At that point, all you have to do is save up enough money to tick off all the items on your gear list and you will have reached your target pack weight.
3. Trail Life by Ray Jardine
This book (formerly titled Beyond Backpacking) is what inspired me to go backpacking more, and with a lighter pack.
And it seems I’m not alone. As one forum commenter put it:
“The book is probably more responsible for generating enthusiasm of the current lightweight movement than any other volume.”
While there are critics of “the Ray-Way”, the story that Jardine weaves in the book’s introductory chapters doubles as a powerfully persuasive argument for the joys and benefits of ultralight backpacking.
Pick up a copy if you need some inspiration or are wondering why you should bother with reducing your pack weight at all.
If you don’t like reddit, this is another great online community of lightweight hikers and backpackers. Whenever I search for something related to lightweight backpacking on Google, I usually end up on a Backpacking Light forum thread and leave with an answer to my question.
A lot of the site’s content is behind a paywall, and you need to subscribe to be able to post in the forums. But viewing the forums is free and you’ll learn a lot just from lurking around.
The site’s search function isn’t the best, so if I want to see what people on the site are saying about a topic I’ll usually head to Google and search something like “jmt gear list backpackinglight.” I can’t recall a time I haven’t found a relevant thread.
5. Ultralight Backpackin’ Tips by Mike Clelland
That’s the first word that comes to mind when I think of this book.
It’s easy to read, full of goofy illustrations, and written in a lighthearted style. While Trail Life reads more like a textbook, Ultralight Backpackin’ Tips reads more like a listicle — in the best possible way.
This book isn’t a step-by-step guide to lightening your pack, nor does it try to be. It does offer some quick weight-shaving wins — this book is where I got the idea for my DIY aluminum foil windscreen — but that’s about it.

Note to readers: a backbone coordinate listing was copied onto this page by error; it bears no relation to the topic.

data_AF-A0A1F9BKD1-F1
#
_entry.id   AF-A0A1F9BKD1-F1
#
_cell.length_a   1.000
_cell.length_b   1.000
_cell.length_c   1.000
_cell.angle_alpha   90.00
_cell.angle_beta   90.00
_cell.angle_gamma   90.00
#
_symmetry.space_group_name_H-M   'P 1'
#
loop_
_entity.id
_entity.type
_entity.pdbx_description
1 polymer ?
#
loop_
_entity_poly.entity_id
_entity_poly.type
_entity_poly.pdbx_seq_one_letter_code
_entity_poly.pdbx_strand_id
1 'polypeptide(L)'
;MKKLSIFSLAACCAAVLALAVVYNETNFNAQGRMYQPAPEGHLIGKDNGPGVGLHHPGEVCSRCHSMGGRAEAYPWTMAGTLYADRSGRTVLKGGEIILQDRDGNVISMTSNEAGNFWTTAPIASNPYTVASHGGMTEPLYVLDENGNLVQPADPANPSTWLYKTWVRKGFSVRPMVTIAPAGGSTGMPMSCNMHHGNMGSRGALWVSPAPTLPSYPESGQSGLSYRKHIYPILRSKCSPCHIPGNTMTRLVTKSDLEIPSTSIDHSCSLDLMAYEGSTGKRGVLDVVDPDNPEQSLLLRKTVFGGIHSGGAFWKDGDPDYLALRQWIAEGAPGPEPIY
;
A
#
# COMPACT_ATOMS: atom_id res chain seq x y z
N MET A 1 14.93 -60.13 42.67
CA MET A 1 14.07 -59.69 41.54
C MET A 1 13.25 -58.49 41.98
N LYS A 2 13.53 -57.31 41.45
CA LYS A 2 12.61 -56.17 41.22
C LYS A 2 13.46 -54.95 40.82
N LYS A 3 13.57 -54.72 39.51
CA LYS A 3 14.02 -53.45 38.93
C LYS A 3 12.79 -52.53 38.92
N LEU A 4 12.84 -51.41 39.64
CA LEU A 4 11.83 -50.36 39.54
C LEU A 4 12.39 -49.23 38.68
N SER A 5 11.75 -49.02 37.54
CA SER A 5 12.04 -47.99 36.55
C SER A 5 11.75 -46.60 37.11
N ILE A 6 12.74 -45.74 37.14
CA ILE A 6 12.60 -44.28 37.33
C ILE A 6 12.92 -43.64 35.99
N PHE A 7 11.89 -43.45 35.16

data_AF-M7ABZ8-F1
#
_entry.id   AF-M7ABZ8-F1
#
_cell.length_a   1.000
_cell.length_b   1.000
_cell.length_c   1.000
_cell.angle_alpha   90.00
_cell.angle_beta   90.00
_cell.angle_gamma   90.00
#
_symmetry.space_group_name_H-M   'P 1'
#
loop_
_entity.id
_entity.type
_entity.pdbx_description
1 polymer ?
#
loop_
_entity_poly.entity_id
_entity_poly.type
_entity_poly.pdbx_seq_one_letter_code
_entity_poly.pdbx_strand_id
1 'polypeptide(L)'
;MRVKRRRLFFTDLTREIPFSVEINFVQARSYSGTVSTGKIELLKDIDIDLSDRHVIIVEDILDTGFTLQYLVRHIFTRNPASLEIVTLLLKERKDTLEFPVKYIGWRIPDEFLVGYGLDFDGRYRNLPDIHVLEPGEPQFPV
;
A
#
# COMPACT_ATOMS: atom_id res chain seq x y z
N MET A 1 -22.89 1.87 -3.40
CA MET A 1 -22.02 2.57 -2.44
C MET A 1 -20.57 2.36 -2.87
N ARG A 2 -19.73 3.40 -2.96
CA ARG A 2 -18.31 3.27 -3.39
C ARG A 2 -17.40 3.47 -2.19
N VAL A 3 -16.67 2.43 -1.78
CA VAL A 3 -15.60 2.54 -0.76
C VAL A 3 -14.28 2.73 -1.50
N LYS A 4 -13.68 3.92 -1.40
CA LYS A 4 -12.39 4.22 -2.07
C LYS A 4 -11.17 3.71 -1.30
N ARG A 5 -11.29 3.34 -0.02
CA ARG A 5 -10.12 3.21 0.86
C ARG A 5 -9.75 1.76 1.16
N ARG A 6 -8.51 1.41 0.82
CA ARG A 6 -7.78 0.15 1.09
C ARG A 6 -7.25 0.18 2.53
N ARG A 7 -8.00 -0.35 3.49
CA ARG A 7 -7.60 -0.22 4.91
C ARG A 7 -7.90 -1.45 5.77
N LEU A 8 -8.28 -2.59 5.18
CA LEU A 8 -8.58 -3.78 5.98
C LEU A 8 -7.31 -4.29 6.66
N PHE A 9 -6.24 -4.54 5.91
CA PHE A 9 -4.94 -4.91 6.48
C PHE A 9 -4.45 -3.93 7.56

The main benefit I got from it is that the obvious joy Mike Clelland derives from ultralight backpacking rubbed off on me as I flipped through the pages. Hiking in the rain, sleeping under a tarp, and pooping in the woods never sounded as fun as they do in this book.
How to Use These Resources to Reduce Your Pack Weight
These resources will be useless to you unless you do something with them.
To make it easier for you to take action, based on what worked for me here’s how I recommend you use these resources to reduce your BPW without spending too much money:
- Read the r/Ultralight wiki. This free resource will introduce you to the philosophy of ultralight backpacking, along with basic gear strategies.
- Browse r/Ultralight or the Backpacking Light gear forums for a gear list to use as inspiration. Search one of these sites for the type of gear list you want to put together. Browse the results until you find a list that you like. Here is a good ultra-cheap and ultralight gear list to get you started.
- Create your own target gear list using LighterPack, TrailPack, or Trailpost. Use the list you found in Step #2 as inspiration for your own target gear list. Copy it if you want. Include the SPECIFIC pieces of gear, not generic names — e.g. “Borah Gear Solo Tarp” instead of “tarp”.
- Start working step-by-step towards acquiring all the gear in your target gear list. Whenever you have some extra cash, purchase the next piece of gear on your list that you don’t have yet. Or take an afternoon to research and make a simple DIY version. If you’re on a tight budget like me, this part that will take some time. It might be months before you have enough extra cash to purchase a new backpack or shelter. But keep at it until you’ve completed your target gear list.
You’ll notice I didn’t mention anything about buying and reading Trail Life or Ultralight Backpackin’ Tips. They are fun and inspiring books but they’re not required reading by any means. You can easily learn how to shave pounds off your BPW with just the free online resources on this list.
Best of luck lightening your pack.